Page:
Fashion Citizen x Aaron “El Fuego” Firestein of Bucketfeet
I've long been an admire of independent designers and brands and Bucketfeet has been on my radar for quite sometime. Recently, the company has taken on giving designers in South America a canvas via their shoes and the results are pretty dope. I picked the brain of one half of the Bucketfeet duo, Aaron Firestein to find out more...
Fashion Citizen : How did Bucketfeet go from your shoe customizing business to where it is today?
Aaron Firestein : It all started with me selling a pair of hand-designed Chuck Taylor's to my now business partner and the CEO of BucketFeet, Raaja Nemani. It was the combination of our two skill sets (mine being the creative, his being the business know how) that set BucketFeet on the path that it's on now.
FC : You and your co-founder Raaja have such adventurous backgrounds from your moving to Argentina after college to become a photographer to Raaja's great white shark diving excursions, how does that come into play with how you run Bucketfeet?
AF : When I moved to Argentina, I didn't really know what I was going to do. I kind of just went on a whim. I knew I wanted to stay busy so I decided to volunteer with a great group that works with kids in the villas (slums) on the outskirts of the city. Raaja was traveling the world after quitting his job and decided to do the same thing in Argentina. That's how we met. Pretty serendipitous, right? I think how it comes to play is that we believe in giving back, being adventurous and looking for beauty everywhere and anywhere.
FC : The designs and general feel of the Bucketfeet brand seems to be one of cultural awareness, fun and fresh ideas. What's the design process like for a new shoe?
AF : We really pride ourselves on not being "art shoes". We design shoes that revolve around art from around the world while still keeping the idea that you can wear them anywhere. We love to collaborate with the best artists - it doesn't matter where they're from and we hope to spread their message using footwear as the platform.
We get art submitted all the time and it's really up to us to see if it fits the brand. There's no real recipe for this, it's usually just a gut instinct. Fortunately for us, most people that send us ideas, truly get what we're all about so it makes it a really tough decision to move forward with some artists and not with others.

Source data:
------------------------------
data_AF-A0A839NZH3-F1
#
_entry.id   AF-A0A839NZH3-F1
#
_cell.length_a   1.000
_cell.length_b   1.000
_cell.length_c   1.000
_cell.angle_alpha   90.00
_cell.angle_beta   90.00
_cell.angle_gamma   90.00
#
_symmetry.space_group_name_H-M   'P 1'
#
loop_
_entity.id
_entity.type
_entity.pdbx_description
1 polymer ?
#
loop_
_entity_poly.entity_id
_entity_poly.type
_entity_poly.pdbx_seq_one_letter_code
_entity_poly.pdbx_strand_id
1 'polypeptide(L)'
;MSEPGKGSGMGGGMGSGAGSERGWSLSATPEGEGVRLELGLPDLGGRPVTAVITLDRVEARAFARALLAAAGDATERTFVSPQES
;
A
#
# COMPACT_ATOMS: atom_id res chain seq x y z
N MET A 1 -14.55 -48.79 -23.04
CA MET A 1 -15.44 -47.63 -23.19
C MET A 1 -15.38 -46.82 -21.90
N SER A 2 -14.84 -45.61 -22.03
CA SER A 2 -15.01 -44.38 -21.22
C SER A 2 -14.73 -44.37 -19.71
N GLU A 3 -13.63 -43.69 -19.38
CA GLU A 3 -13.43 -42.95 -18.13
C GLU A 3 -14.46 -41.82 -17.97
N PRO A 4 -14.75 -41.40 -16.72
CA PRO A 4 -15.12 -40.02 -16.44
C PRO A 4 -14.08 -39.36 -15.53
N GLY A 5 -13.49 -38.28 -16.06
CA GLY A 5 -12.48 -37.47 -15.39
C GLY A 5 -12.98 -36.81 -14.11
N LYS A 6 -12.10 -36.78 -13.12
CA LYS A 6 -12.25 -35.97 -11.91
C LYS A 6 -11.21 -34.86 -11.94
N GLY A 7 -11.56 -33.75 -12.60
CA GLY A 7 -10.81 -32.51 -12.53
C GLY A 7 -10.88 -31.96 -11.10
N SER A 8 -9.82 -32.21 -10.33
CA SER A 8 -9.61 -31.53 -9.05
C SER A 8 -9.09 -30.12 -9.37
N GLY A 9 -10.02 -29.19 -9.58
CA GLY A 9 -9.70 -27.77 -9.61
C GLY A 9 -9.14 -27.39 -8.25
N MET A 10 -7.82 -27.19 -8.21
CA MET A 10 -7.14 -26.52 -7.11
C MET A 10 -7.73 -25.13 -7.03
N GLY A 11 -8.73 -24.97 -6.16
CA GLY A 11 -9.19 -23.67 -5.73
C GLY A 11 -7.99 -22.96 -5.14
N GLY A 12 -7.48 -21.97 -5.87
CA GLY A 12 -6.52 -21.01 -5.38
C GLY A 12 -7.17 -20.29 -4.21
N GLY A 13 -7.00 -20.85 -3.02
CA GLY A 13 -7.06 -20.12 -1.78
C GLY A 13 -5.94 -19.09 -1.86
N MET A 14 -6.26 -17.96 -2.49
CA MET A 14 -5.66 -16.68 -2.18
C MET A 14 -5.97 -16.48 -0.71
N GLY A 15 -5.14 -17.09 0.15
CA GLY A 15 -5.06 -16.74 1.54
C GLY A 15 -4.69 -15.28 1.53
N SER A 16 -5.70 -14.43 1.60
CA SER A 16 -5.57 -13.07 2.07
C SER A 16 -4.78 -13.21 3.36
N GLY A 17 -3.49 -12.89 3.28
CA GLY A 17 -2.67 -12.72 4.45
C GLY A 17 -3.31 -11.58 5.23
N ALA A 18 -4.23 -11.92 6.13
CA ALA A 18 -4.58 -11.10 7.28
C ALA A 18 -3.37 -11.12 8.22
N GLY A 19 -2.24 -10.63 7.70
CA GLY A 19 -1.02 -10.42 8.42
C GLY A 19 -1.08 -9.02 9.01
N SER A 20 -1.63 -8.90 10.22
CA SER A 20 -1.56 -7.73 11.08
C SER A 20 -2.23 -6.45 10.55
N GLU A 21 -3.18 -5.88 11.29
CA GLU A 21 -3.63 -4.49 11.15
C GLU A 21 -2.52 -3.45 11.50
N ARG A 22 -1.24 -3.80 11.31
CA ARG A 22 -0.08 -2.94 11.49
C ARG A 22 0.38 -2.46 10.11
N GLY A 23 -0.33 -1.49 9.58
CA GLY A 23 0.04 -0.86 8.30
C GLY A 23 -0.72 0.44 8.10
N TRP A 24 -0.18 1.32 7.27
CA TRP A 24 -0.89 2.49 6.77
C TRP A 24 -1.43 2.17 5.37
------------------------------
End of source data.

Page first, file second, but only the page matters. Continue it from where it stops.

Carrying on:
FC : In keeping with the last question, how did you all come up with the idea to feature the guest designers from south american countries?
AF : I worked as a photographer for a while when I was living in Buenos Aires. I got commissioned to do a photo project in Rio de Janeiro, Brazil where I was to be shadowing graffiti artists from the favelas of the city. It's not normal for an outsider to get to go around these places and be immersed in the street art scene. It was an amazing experience for me and I became good friends with a lot of the guys I met along the way. When we decided to launch this brand, I thought it would be really cool to incorporate other artists that I know and help them get the exposure they deserve.
We now are working with 4 artists from Rio, one from Buenos Aires, one from Oakland, CA and one from Chicago. We are also in talks with artists from many other places around the world.
FC : Bucketfeet is such a vibrant brand with whether it be displayed through the bright colors on the shoes or the eye catching graphics on those same shoes, how do you keep the energy up with your designs season after season?
AF: It's not hard. I think what's interesting is that I'm an artist that really got his chops from drawing or painting on shoes. Now I'm playing around more with traditional canvases, but I really think my skill lies in shoe design. I look at art and I say to myself, how can I turn this into a shoe you've never seen before but will want to buy. Once again, no real method to the madness but that's usually what happens.
FC : Where can we expect the Bucketfeet brand to expand over the next 5 years?
We are in about 45 retail locations now in 5 countries. In 5 years, we hope to be in 450 in 25 countries. We're growing like crazy and people are really starting to catch on to what we're all about. We hope to have a roster of at least 100 artists and who knows, maybe we'll even branch out into other lines of apparel. We definitely have some ideas...